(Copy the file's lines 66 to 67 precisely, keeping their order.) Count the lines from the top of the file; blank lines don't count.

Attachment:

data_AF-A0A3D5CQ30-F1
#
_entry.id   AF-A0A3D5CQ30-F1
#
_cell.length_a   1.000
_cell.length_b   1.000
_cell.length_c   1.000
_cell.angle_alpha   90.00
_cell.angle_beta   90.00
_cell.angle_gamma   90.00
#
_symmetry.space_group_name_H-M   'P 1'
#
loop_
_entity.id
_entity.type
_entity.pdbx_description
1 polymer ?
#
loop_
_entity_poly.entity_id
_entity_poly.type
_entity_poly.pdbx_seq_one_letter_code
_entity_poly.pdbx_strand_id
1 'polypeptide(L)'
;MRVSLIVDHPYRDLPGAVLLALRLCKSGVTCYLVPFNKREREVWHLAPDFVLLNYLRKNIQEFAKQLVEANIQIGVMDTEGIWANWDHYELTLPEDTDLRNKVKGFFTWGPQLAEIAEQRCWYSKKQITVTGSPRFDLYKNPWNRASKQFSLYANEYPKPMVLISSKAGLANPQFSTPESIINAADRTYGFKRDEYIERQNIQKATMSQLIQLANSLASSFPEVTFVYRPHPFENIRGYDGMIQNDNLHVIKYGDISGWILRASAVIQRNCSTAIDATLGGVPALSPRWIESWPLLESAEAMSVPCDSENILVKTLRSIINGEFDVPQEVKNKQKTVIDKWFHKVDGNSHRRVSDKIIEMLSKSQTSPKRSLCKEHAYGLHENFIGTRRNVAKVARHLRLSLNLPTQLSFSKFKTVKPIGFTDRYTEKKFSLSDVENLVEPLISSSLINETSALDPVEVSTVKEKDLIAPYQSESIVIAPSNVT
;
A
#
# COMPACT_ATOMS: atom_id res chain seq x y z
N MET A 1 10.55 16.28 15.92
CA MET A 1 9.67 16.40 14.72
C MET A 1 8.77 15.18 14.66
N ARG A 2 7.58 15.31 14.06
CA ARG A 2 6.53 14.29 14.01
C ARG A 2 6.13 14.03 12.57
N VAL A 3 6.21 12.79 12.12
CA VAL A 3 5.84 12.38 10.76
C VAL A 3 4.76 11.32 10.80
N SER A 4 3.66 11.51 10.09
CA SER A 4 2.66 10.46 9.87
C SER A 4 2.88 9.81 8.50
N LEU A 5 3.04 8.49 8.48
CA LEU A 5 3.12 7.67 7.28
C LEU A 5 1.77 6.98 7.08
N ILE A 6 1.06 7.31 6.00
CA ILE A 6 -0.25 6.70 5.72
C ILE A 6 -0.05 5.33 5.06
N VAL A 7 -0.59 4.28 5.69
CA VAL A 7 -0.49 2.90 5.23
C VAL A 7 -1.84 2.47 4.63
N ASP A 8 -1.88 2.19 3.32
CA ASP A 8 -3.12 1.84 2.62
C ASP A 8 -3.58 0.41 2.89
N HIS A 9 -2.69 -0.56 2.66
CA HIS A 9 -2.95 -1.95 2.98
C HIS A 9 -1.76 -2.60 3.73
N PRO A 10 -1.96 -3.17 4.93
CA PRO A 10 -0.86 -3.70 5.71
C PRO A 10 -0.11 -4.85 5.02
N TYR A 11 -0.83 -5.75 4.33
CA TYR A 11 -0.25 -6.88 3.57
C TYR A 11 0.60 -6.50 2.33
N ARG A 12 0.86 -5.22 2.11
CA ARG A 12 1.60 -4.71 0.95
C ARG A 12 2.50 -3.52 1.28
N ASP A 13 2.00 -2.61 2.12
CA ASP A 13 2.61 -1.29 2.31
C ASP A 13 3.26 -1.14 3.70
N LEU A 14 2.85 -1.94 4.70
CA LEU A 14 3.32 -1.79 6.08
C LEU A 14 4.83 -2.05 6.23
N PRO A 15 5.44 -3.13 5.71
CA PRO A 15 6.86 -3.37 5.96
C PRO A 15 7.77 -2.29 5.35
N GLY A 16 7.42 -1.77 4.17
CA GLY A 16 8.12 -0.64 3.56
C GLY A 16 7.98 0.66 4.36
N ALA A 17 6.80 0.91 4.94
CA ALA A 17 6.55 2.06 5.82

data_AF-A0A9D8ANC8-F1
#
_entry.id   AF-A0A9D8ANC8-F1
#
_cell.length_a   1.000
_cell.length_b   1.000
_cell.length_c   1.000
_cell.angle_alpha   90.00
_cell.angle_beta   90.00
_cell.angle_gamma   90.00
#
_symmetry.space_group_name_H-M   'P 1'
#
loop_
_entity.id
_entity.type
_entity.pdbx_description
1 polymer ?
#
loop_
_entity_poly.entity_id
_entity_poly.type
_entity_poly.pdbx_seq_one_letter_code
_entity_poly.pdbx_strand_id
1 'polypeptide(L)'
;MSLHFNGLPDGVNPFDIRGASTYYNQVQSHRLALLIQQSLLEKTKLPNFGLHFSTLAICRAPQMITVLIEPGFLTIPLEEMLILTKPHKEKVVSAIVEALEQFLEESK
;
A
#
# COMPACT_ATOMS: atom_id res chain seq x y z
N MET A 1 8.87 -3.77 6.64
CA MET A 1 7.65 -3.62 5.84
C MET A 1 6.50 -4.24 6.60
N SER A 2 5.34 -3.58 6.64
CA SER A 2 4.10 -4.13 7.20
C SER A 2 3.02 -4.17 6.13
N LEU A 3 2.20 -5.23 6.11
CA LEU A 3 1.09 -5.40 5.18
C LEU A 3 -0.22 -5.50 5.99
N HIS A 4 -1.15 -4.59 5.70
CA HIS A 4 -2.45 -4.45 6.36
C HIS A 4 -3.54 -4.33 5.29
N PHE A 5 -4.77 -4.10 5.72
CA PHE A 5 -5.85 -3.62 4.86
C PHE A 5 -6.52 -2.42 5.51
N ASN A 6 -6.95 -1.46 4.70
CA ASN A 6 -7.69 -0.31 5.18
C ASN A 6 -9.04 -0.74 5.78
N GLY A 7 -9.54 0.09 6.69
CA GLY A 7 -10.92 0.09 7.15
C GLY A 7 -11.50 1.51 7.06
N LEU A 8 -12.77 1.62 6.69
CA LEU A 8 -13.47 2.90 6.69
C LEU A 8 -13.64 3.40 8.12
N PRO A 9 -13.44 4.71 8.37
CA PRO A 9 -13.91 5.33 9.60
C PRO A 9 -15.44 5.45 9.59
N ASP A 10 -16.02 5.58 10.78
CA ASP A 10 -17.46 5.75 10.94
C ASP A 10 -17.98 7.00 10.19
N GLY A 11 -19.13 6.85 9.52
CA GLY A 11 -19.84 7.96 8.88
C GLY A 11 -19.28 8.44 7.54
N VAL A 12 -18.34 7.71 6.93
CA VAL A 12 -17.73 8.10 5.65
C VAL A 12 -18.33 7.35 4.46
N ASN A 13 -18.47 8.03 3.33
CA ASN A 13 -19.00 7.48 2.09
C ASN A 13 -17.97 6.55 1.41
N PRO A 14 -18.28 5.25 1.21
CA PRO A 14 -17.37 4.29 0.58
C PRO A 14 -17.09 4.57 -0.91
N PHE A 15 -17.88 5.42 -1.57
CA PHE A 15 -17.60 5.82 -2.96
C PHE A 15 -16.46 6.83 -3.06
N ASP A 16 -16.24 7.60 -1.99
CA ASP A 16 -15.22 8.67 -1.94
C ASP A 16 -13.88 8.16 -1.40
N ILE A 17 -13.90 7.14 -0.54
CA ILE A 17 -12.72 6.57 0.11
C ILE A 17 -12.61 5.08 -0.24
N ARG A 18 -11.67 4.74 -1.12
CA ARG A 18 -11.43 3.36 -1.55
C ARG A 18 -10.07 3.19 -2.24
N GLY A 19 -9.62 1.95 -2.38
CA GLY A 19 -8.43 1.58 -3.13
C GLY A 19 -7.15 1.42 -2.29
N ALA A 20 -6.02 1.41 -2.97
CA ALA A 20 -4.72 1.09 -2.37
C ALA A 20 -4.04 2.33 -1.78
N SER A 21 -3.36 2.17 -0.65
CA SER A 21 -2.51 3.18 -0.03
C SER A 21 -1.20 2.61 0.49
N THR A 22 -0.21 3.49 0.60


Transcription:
C ARG A 12 2.50 -3.52 1.28
N ASP A 13 2.00 -2.61 2.12